My one thought however was, since Surrey is a car city today, how do you slowly phase out the automobile? It takes a lot to reverse a trend, and it certainly doesn’t help that Translink refuses to provide us with real transit service out here. I made a post on my blog earlier today discussing this a bit.
    In any case, it seems to me that Surrey and the south of fraser area needs a champion to stand up and rally the troops. Obviously the city staff weren’t doing too well without leadership from council, and the Mayor continues to act far too “Canadian diplomat” on the whole issue. I guess the question would be, how does one start up a BEST/SPEC for Surrey?!

    Paul Hillsdon

    May 31, 2007 at 8:03 pm

  2. You should have said hello – we could gone for a coffee or something. I only recognized one or two people there – and I did not see you. Sorry we missed the opportunity to meet.

    Clive Rock at Translink used to say that changing the suburbs was going to be like unscrambling an egg. I thought that it was very significant that when the discussion got around to business parks everyone recognized they were a problem but because they were not specifically prohibited, the muni next door might allow them, so we have to …

    Stephen Rees

    May 31, 2007 at 8:10 pm

  3. The one thing that been in the back of mind, after continuously hearing the argument that the cities are in competition and that the office parks will end up somewhere… Isn’t Surrey almost the last frontier? I mean, if Surrey stopped allowing the developments… there’s not much elsewhere to go, except some areas of Langley I guess. Then they start to move into the Abbotsford territory, which isn’t technically the GVRD. Surely, the North of Fraser wouldn’t accept big sprawling developments if Surrey rejected them…?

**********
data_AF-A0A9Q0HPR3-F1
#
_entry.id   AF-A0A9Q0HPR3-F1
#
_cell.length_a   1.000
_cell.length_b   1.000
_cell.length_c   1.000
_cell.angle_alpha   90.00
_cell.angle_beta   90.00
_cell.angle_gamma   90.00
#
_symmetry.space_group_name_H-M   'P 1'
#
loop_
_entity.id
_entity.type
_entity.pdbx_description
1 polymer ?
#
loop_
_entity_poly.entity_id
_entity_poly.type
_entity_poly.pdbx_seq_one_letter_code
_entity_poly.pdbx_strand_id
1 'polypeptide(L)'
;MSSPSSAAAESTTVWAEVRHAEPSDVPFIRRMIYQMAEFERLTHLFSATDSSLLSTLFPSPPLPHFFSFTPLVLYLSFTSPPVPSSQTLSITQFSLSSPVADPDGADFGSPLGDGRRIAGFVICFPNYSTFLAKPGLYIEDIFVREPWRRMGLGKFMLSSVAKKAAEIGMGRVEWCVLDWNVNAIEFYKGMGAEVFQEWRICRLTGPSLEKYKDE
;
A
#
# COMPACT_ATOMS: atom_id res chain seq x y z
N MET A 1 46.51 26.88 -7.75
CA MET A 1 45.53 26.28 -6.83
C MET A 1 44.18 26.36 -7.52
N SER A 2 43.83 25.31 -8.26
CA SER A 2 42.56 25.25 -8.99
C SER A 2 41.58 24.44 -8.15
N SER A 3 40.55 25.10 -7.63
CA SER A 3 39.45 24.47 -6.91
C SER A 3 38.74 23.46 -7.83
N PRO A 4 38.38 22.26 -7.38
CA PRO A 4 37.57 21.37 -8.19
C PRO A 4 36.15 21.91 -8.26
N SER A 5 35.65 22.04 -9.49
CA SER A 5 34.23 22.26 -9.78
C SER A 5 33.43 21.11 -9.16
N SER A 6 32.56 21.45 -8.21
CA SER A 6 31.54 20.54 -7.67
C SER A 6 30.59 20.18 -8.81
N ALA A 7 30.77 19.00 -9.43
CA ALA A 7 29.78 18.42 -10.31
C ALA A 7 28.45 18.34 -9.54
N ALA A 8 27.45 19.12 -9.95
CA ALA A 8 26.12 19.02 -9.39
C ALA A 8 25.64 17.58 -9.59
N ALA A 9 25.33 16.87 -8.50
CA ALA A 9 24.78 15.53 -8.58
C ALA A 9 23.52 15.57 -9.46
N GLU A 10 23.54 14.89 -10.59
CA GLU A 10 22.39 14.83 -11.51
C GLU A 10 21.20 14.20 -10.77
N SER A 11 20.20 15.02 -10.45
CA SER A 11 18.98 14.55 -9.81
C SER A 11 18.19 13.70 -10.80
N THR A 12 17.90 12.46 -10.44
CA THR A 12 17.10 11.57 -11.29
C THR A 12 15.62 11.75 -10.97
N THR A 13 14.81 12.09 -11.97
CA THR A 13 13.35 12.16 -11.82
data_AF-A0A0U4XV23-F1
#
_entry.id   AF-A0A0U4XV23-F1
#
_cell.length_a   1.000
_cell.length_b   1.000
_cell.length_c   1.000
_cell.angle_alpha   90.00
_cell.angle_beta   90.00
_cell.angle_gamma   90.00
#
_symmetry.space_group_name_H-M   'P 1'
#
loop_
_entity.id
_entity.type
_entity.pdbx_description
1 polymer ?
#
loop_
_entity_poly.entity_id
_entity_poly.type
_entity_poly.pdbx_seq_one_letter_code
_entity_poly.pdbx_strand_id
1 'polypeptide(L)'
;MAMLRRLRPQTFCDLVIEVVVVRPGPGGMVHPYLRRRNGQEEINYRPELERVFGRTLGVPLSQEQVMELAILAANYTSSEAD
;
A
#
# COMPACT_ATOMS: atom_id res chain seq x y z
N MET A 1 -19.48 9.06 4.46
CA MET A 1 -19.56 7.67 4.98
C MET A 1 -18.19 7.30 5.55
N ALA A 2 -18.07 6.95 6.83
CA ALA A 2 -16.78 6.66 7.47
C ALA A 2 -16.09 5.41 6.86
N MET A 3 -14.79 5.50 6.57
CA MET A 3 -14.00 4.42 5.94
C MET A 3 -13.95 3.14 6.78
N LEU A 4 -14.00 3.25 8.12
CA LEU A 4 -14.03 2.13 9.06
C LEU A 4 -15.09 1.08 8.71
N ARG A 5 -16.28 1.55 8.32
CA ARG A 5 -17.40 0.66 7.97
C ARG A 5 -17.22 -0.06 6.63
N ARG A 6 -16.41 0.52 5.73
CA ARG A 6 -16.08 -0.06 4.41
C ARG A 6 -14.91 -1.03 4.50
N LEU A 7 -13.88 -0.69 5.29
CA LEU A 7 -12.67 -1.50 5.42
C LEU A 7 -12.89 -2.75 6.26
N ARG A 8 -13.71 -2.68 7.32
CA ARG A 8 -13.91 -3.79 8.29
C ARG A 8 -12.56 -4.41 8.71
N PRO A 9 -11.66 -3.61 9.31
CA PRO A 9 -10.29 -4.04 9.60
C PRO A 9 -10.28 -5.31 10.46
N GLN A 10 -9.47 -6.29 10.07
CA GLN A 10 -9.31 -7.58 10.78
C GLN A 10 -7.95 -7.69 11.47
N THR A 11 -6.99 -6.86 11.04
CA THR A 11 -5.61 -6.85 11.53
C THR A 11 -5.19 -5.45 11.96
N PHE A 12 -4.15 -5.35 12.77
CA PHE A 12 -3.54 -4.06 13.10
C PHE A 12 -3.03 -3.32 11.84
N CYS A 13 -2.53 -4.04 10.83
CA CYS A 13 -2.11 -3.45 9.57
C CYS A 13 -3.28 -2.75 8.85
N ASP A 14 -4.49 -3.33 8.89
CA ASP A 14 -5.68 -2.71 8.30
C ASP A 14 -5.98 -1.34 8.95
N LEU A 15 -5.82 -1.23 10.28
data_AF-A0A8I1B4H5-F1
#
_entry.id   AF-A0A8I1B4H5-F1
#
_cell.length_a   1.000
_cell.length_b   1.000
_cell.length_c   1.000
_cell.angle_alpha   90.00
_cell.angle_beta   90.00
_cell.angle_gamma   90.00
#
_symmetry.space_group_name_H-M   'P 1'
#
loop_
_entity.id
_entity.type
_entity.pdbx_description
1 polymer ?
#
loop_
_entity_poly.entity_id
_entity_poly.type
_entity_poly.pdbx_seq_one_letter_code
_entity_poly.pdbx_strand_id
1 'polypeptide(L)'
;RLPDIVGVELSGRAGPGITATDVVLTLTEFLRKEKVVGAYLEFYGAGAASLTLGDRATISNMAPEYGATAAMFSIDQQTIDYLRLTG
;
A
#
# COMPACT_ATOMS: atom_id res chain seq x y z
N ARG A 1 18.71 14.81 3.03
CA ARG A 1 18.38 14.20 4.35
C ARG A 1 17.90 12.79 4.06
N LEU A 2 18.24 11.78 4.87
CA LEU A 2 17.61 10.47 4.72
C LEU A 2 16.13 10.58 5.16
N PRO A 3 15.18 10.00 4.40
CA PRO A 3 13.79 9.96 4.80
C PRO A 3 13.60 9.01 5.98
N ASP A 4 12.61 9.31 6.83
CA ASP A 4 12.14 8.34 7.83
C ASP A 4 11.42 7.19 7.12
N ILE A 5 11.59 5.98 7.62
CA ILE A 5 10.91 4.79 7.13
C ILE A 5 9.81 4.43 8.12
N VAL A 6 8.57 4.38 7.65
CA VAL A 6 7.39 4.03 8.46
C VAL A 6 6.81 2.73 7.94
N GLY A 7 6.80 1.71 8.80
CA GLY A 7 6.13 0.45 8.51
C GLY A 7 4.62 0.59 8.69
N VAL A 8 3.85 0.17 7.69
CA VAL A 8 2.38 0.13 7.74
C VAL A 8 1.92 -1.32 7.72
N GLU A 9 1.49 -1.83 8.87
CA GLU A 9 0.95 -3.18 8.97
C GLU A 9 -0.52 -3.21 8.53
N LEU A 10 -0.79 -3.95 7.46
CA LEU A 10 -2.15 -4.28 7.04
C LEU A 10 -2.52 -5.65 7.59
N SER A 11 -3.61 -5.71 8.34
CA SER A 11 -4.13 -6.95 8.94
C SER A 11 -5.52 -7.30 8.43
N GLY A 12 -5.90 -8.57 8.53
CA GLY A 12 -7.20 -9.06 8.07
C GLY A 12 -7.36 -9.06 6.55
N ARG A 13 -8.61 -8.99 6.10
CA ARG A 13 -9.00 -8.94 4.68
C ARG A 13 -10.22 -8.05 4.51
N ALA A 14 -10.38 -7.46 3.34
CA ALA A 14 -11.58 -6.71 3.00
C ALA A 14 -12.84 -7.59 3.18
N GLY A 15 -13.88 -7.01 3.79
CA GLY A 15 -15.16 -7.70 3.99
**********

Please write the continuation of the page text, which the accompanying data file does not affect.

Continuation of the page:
Paul Hillsdon

    May 31, 2007 at 10:22 pm

  4. I think Abbotsford is trying to lure industrial businesses as much as any other municipality. Apparently, Langley has quite a bit of light industrial space. One of our clients, a biotech company, is located in Langley.

    Of the, say, 4 “new downtowns – Metrotown, Richmond, Surrey and Coquitlam, I think that Richmond has been the most successful so far changing the scale of the development in its core.

    Fo Richmond, it started with the area around the Richmond Public Market and the introduction of a smaller street grid there and is ongoing with the extension of the grid (Lansdowns, Browngate, Hazelbridge, etc. come to mind). There are even plans to subdivide the Lansdowne Mall parking lots with roads – although there are some towers in the park east of Lansdowne. Part of it could be that their above ground parkades more easily lead to streetfront retail (rather than towers in the park).

    Metrotown has the problem of towers in the park for any project north of Kingsway (not fronting on Kingsway) and then the big mega blocks (historically warehouse sites?) on the south side. The mall is such an overpowering influence, that other development faces an uphill battle – although the office tower above the Staples store is being completed (a vertically phased office tower). The grid is incomplete, too, as Central Boulevard does not connect to Kingsway, and redistribution of some of the Kingsway traffic would probably allow Kingsway to be tamed. It’ll be interesting to see if an redevelopment occurs south of the Skytrain Line @ Metrotown.

    I think that Surrey and Coquitlam suffer from being far away from Vancouver. Both will take time for demand to spur construction.
    Surrey appears to have something of a grid system and is undergoing a bit of a renaissence at the moment due to Central City, SFU and some new projects. Hopefully the trend will continue.

    Remember that before the redevelopment of Downtown South in Vancouver, nobody walked through Downtown South either.

    ron

    June 1, 2007 at 12:35 pm

  5. WRT “The ring formed by the twinned Port Mann, Highway #7, upgraded Pitt River Bridge, Golden Ears Bridge and widened Highway #1” – those are inter-city routes, not local routes. Highway 1 doesn’t cut a swath across Surrey’s downtown core.
    Richmond seems to be developing a nice downtown core even though Hwy 99, the Annacis Highway and the East-West Connector also form a ring route around Richmond, Queensborough, North Delta and Surrey.

    ron

    June 1, 2007 at 1:01 pm

  6. Metrotown has had sites earmarked for additional office towers since its inception. Rents in towers cannot compete with office parks, so one must conclude that Burnaby has provided too much space overall.